The Lysistrata Analysis

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Sex and politics is the main topic in the anti-war comedy, The Lysistrata, written by “The father of comedy,” Aristophanes, which first staged in 411 BCE. One may argue that this play is based on feminism, and although it may seem that way, women are actually victims of prejudice who play under the role of using their sexuality to get what they want. Thus, this play accounts of one woman’s mission, Lysistrata, to end the Peloponnesian war by convincing all the women of Greece to stop engaging in sexual privileges with their husbands until they agree to a peace treaty. Lysistrata, an Athenian woman, took matters into her own hands to end the war between Athenians and Spartans by withholding several meetings with different city-states all throughout Greece with women to explain her plan. Although most women were dubious of the idea, a long solemn oath had taken place where all women agreed to abjure all sexual privileges, to prove the significance of this oath, Lysistrata specifically mentions various of sexual positions. All women who abided by this oath, seized control of the state’s treasury, Acropolis. Without access to this, the men would not be able to …show more content…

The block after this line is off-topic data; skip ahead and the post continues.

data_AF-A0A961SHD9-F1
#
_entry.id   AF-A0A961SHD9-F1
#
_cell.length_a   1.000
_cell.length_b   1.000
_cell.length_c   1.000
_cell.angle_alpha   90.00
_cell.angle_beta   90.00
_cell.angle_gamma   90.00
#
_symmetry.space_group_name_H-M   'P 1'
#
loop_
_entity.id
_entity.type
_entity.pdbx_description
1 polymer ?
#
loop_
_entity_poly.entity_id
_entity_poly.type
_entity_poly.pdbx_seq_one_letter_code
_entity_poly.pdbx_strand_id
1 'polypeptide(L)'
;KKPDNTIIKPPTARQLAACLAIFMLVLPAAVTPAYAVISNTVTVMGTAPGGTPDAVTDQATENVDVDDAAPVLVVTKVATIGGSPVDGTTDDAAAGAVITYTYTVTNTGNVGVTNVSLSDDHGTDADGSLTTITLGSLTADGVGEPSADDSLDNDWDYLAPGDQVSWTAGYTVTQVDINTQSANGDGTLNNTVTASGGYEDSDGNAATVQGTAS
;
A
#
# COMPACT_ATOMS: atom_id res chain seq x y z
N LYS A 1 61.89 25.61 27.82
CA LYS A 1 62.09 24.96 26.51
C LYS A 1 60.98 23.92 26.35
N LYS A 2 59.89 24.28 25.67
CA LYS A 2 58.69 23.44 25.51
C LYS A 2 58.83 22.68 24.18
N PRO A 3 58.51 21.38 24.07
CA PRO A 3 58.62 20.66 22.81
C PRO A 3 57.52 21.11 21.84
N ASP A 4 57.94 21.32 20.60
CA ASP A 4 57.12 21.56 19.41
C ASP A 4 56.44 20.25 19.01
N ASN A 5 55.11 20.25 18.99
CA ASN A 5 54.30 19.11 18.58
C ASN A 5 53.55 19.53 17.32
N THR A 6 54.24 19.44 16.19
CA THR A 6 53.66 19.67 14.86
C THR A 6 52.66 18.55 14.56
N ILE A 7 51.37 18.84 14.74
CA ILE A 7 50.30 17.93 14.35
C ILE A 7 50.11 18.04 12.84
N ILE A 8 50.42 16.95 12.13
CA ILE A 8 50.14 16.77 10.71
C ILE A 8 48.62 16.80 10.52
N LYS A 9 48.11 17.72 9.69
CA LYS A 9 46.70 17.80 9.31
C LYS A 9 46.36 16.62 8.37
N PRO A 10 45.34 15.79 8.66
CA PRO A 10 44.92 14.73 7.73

During this time, women were seen in a negative light due to the ancient myth of Pandora. Women were strictly controlled by their husbands or eldest son; however, if the men were at war, the women were then allowed to hold and manage property. In the play, Aristophanes provides an example of the relationship between men and women, where the magistrate concludes that the only reason why the women are revolting against sex privileges is because of the lack of male power during time of war. Although the audience of this play is composed entirely of Athenian male citizens, Aristophanes’

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